Greeted with a scowl by the immigration officers in the ‘World’s Best Airport’ is probably what most passengers would experience. It may most probably be that ‘Customer Service’ was not one of the considerations taken into account when deciding this international award. Looking at passengers dragging their heavy feet and luggage bags, some taxi drivers do not even bother to assist. Those that actually do, cater mostly to Caucasians. Why the discrepancy? Are local counterparts or other foreigners less deserving to be served and be provided a better customer service?
Why exactly is Singapore’s customer service so bad?
Is the management of the company to be blamed? It may be true that some bosses do not comprehend the importance of good customer service, which more often than not, matters more than the products they sell. Should customer service be deemed as a ‘luxury’ or an essential necessity? Training should start from the top so that bosses would take the importance of good customer service as priority instead of solely focusing and counting the number figures.
As much as Singaporeans love to complain, if for example, the food is good and cheap but was served by a staff with a sucky attitude and terrible customer service, would one actually make the effort to feedback about this to the management? Or would they merely make do with it so long they get to enjoy and fill their tummies with yummy food? If so, would this then deter businesses in taking customer service seriously at all?
Most jobs that require customer service are held by foreigners due to the nature of the job and its offers. However, as much as we think that most foreigners such as Filipinos and Thais whom we once had the impression of friendly, courteous and gracious is long gone. Now, it does not even raise brows to encounter rude and unfriendly foreigner staffs. Apart from the lack of training and emphasis by the management of the company, could this also be caused by our local counterparts? It may just be true that these foreigners have been negatively influenced by them and it provides less incentive for these foreigners to be all cheery and friendly when they are not treated the same. Singaporeans have set a standard for the quality of customer service in Singapore, which is not high to begin with. Consequently, foreign staff follow suit.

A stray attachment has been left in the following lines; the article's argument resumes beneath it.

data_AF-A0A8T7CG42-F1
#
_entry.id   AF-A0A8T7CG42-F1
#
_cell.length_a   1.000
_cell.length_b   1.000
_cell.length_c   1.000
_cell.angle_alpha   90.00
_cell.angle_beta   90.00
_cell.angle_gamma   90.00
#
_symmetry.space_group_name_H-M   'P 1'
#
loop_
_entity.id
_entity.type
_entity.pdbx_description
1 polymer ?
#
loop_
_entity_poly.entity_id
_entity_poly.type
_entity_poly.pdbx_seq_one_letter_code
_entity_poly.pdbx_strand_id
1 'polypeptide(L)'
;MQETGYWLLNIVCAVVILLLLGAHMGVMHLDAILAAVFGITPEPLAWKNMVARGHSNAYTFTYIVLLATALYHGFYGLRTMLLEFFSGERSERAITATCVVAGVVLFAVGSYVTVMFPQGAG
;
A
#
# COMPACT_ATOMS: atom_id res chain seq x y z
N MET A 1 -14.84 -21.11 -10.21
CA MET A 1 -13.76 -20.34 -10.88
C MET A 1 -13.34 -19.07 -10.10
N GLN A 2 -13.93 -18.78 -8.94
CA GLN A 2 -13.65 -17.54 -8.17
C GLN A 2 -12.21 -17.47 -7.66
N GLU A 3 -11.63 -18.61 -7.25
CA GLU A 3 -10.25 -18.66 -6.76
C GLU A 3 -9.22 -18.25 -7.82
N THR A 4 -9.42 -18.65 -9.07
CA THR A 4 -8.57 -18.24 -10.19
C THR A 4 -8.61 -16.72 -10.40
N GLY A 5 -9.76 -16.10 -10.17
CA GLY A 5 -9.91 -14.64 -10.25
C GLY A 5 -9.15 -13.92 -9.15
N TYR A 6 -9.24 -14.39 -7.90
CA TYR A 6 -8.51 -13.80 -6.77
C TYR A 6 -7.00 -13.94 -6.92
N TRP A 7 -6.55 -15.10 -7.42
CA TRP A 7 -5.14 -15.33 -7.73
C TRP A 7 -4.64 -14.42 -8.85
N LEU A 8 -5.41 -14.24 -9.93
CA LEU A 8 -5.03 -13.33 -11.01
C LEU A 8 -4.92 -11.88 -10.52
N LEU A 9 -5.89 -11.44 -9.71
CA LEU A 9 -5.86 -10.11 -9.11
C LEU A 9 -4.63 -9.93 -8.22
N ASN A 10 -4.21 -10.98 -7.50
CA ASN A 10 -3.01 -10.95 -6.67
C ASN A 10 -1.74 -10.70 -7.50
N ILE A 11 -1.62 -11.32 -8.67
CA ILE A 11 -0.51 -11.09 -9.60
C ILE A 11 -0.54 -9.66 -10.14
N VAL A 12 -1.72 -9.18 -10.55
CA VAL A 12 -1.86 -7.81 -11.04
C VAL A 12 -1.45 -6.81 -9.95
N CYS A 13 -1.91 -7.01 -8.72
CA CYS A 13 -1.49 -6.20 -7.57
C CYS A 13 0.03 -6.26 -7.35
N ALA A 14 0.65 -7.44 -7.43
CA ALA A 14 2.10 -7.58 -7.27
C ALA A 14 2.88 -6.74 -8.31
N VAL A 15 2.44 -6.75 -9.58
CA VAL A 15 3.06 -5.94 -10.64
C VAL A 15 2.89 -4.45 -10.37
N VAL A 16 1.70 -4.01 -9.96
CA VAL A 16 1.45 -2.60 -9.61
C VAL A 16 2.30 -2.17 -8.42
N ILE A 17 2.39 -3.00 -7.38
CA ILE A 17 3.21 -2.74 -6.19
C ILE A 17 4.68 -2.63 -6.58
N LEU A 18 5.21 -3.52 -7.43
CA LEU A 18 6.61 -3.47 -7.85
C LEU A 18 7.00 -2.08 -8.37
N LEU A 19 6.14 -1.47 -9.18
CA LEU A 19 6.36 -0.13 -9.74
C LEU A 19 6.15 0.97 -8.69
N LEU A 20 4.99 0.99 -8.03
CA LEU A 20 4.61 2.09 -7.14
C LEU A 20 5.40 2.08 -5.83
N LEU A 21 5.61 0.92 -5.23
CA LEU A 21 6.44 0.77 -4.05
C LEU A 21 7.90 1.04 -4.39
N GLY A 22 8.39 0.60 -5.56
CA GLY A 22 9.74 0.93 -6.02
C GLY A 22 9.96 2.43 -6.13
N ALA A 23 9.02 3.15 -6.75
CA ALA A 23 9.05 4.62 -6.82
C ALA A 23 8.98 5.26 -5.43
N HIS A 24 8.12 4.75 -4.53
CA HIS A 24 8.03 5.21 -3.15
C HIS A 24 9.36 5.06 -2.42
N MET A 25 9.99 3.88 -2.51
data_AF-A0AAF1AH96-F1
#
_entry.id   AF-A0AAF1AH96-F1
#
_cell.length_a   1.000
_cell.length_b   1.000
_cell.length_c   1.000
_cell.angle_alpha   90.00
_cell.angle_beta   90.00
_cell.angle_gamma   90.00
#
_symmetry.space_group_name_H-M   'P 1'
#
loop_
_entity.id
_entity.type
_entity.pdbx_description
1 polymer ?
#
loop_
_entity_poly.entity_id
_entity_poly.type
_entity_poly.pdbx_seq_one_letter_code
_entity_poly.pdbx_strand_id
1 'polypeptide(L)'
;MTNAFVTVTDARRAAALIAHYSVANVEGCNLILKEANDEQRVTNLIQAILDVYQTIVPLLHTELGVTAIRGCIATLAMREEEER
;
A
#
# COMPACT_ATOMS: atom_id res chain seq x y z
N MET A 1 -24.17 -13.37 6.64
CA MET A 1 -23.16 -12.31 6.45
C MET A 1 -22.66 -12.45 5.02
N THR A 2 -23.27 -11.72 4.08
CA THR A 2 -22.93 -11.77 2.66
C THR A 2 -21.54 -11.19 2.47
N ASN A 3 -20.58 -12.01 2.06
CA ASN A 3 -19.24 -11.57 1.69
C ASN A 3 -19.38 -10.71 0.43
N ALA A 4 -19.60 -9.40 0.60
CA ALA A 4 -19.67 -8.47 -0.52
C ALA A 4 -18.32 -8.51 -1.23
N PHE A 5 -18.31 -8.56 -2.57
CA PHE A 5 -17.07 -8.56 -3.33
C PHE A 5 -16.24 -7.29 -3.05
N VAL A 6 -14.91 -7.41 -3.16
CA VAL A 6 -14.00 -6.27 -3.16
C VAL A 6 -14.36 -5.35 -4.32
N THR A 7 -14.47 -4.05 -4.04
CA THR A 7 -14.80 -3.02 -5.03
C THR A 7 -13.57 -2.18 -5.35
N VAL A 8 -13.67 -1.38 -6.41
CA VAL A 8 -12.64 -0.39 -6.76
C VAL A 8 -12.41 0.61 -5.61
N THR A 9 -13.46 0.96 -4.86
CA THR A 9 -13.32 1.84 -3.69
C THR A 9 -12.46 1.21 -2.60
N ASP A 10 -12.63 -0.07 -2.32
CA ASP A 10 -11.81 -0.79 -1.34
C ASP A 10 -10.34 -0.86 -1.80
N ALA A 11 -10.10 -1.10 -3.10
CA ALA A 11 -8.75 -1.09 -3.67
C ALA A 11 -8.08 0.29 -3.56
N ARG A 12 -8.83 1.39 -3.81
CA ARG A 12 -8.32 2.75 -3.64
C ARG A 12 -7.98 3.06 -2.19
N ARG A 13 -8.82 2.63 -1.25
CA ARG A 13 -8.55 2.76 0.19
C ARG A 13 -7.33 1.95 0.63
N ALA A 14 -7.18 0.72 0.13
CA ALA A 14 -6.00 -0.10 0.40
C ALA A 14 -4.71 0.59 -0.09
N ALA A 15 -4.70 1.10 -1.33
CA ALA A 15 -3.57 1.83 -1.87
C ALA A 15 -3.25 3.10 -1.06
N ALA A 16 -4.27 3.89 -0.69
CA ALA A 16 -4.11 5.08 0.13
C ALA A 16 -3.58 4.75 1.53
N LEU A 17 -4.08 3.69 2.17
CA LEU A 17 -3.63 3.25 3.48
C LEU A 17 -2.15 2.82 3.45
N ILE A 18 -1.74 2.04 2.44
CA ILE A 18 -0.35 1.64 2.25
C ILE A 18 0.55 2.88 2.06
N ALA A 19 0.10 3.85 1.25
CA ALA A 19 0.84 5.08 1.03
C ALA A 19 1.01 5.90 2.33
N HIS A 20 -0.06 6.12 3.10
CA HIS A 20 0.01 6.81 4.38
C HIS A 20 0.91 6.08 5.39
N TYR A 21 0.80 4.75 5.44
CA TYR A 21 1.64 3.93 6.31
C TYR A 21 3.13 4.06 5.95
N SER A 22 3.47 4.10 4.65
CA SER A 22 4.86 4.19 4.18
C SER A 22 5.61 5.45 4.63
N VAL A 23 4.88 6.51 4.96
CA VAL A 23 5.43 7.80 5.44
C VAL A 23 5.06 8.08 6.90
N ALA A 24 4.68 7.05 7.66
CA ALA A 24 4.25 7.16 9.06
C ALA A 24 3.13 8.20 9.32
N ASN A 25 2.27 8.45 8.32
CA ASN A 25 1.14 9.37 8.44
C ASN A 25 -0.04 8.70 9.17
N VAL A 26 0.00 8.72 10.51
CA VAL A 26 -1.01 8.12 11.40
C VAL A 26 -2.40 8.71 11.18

Are Singaporeans face-conscious and do not like to be treated as ‘inferior’ while serving customers? To self-seeking Singaporeans, a job is merely a job which brings home the dough. It is hardly ever seen as serving customers with graciousness and courtesy.
Because Singaporeans love complaining, should they encounter any staff, especially locals, who provide excellent customer service, they would still treat it as being pretentious or having an ulterior motive behind. Could this be actually true, that the service staffs are only friendly and polite because they want to gain something, mostly financially, out of you? Sales-driven commission-based staffs may be the perfect fit for such categories. Take for example, beauty salons and spas, apart from their pushy attitudes which are more often than not annoying, their obvious displeasure and disappearance of smiles comes to light when a customer rejects their offers to sign on beauty service packages with them. Should good customer service only materialise with commissions and monetary incentives? Staffs do not realise that their basic salary actually attaches responsibility to provide the essential customer service.
On the flipside, commission also relates to tips where a country such as Thailand is infamous for their tipping requirements. It may not be explicitly done but the Thai culture has adopt this tipping approach whereby tipping box are placed at obvious areas such as the cashier counters with huge fonts stating ‘TIPS’. In fact, where tipping is commonly practised, staffs are more motivated to provide great service as the tips can actually exceed the basic salary by a greater margin. Hence, it could be that in Singapore, we are incentivising the wrong attitude as we provide incentives for sales and not great service, which may actually result in staffs acting naturally this way.
With the standard or the lack of it already set by local counterparts, it does not provide foreign staff any incentives to offer great customer service as well since they may think that this is an over-requirement. Either that, Singaporeans’ expectations may be too high or that they are over-demanding to be treated as superiors.